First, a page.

Geophysical Exploration and Excavation:
GPR Applications and Roman Villa Excavation and Survey
June 12 - July 9, 2022 (session 1)
July 10 - August 6, 2022 (session 2)
Our Geophysics (GPR) Exploration and Roman Excavation program provides a unique opportunity for participants who strive for a career in field work/research to acquire two sets of skills of paramount importance. The field school integrates 3 weeks of excavation theory, method and practice on an extraordinary site, respectively a palatial size Roman Villa Rustica, with 5 days of intensive field Ground-Penetrating Radar (GPR) training and research, adding an exceptionally useful and lucrative skill set for shallow subsurface exploration and mapping, directly applicable to the fields of archaeology, CRM, forensics, urban planning, etc. As a result, this program offers our participants the possibility to acquire a substantial technical and professional edge in today’s field/urban survey and exploration job market, both in Academia and in the private sector.
Our Roman Villa and Settlement Excavation addresses the construction of identity perception, presentation and representation on one of the most dynamic borders of the Roman Empire. Our site is situated half way between Sarmizegetusa Ulpia Traiana and Apulum, the two most important cities of the Dacian Provinces, very close to the largest gold deposits in Europe in the Apuseni Mountains, and on the main Imperial road in Dacia. Our ground penetrating radar (GPR) survey from 2015 and 2016 has revealed a rural villa of “palatial” size, unique in the Dacian Provinces, covering ca. 1.2ha of built space. Our test excavations have unearthed a rich environment, with 2 story buildings, painted walls, potential colonnades, several buildings outside the villa complex itself and a plethora of artifacts.
In 2014, we have started the systematic excavation of the gate complex as well as surveying the region around the villa itself, and in 2016 the intensive excavation of the villa’s main building, with spectacular results. In 2020, COVID-19 slowed us down significantly, but we still managed to answer some interesting questions as we uncovered the hypocaust location in the central building of the villa, the access road to the main gate, as well as what appears to be the cemetery of the earliest village of Rapoltu Mare. In 2021, we have started again the systematic excavation of the villa, with some extraordinary result. Not only we uncover the "usual" plethora of amazing artifacts (i.e. coins, tools, terra sigillata, jewelry, a great variety of ceramics, etc.) but we have uncovered an in situ wooden floor from one of the earliest buildings on site. As usual, the discovery happened the last week of the season, so we are looking forward to excavate it next summer, in 2022, together with all the artifacts present on that floor!!!
Location: Rapoltu Mare and Micia, Hunedoara County, Transylvania, Romania
Dates (4 week mandatory):
Session 1: June 12 - July 9
Session 2: July 10 - August 6
Housing: local hotel, 2-3 participants per room, with private bathrooms.
Meals: during the excavation, breakfast and lunch are served Mon-Fri; traditional country cuisine; we can accommodate vegetarian diets. During the week of the GPR Applications Workshop, breakfast and dinner will be served Mon-Fri.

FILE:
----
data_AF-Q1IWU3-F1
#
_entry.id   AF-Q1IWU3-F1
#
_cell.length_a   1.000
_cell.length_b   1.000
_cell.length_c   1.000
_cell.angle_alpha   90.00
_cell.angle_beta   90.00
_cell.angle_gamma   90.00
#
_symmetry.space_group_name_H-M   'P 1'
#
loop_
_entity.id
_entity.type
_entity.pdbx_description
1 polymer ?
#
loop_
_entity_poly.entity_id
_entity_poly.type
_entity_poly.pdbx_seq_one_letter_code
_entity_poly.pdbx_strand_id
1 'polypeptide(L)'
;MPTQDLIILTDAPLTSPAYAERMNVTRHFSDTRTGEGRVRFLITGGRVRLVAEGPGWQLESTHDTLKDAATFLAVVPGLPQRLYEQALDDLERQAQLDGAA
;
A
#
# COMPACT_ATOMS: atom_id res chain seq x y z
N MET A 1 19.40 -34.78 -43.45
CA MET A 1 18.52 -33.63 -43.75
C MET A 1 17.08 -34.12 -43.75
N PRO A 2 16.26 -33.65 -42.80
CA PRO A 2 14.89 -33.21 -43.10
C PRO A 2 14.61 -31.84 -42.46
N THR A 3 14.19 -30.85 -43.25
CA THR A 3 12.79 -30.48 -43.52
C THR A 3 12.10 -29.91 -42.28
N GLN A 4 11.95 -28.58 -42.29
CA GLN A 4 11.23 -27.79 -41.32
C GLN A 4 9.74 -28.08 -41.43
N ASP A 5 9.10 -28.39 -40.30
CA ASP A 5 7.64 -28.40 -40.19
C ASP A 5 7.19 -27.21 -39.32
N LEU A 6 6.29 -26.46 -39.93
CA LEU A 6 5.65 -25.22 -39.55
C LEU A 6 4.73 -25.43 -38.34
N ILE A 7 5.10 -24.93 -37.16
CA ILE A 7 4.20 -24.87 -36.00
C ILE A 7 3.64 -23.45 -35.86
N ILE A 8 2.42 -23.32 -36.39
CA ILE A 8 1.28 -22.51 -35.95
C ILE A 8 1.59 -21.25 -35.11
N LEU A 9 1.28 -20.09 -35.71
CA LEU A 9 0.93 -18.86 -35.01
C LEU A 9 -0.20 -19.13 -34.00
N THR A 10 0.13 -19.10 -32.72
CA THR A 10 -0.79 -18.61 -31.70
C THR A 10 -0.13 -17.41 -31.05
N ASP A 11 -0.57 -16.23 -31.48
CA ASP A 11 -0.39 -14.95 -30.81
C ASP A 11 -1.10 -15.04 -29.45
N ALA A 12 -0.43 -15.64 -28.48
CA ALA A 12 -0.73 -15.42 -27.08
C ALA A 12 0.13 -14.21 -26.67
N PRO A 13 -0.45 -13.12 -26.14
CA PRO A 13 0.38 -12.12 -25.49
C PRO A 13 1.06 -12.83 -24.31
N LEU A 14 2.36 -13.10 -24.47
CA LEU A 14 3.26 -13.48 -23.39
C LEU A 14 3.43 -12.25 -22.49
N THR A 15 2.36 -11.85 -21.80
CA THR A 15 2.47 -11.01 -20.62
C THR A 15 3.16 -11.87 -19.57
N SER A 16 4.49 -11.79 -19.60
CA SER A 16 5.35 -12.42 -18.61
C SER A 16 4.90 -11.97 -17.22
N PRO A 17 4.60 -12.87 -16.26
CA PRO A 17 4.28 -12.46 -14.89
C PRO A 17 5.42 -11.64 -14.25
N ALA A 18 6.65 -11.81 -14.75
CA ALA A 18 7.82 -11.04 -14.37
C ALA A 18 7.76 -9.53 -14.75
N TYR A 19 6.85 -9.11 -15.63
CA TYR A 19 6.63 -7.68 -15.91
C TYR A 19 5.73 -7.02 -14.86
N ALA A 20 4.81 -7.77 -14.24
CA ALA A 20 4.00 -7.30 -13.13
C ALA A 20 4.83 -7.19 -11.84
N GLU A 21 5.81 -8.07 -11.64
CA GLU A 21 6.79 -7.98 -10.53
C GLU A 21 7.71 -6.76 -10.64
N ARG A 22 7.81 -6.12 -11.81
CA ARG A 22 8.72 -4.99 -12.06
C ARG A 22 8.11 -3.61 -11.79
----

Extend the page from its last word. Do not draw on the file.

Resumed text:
Cost: US$ 2595 per session (4 weeks mandatory).
Fee includes: registration and field fees, lectures, field and laboratory gear, housing and meals as described above
Concurrent with the excavation, the Ground-Penetrating Radar (GPR) Field Applications Workshop will allow our participants to explore other Roman and medieval sites in the region. Our GPR research targets are the medieval military fortress of Uroi, the Medieval Castle of Sanpaul, the Medieval Fortified Church of Meresti, and/or the Roman castrum and municipium of Micia.
These sites, situated in Southern Transylvania (Romania), provide an unparalleled access to a diverse set of features and conditions. We address urban and proto-urban settlement construction, complex anthropogenic stratigraphic relationships, variation in soil structure and conditions, wide range of materials and their use/reuse, unmapped ancient and modern utilities, potential graves, modern and ancient civil works projects (including the remains of roads, aqueducts, and wells), changes in hydrogeological environment caused by modern human intervention (such as the construction and operation of a thermal power plant on the site of Micia), and any additional and as-yet undiscovered features.
The comparative approach between the two GPR systems (500MHz and 250MHz) and field configurations (cart and rough terrain), combined with the intensive hands-on, data oriented, results driven focus of the Workshop, as well as the low ratio participant:instructor is guaranteed to provide field GPR training of the highest quality, both in terms of data generation and analysis, and professional deployment and research. Upon completion of this program, participants will have the skill set and knowledge required to plan, conduct, analyze, and interpret successful GPR surveys in any terrestrial setting. This process will present a variety of anthropogenic and natural challenges, from working in diverse field conditions, to dealing with sites containing a combination of known and unknown modern and ancient features. The whole experience is intended to be intensive and collaborative, with a focus on experiential learning and application of processing, collecting, and interpreting data to real sites.
The Geophysics (GPR) Exploration and Roman Excavation program is therefore highly recommended to anyone who intends to pursue a career in field archaeology.
For more information on each component of this program, check out: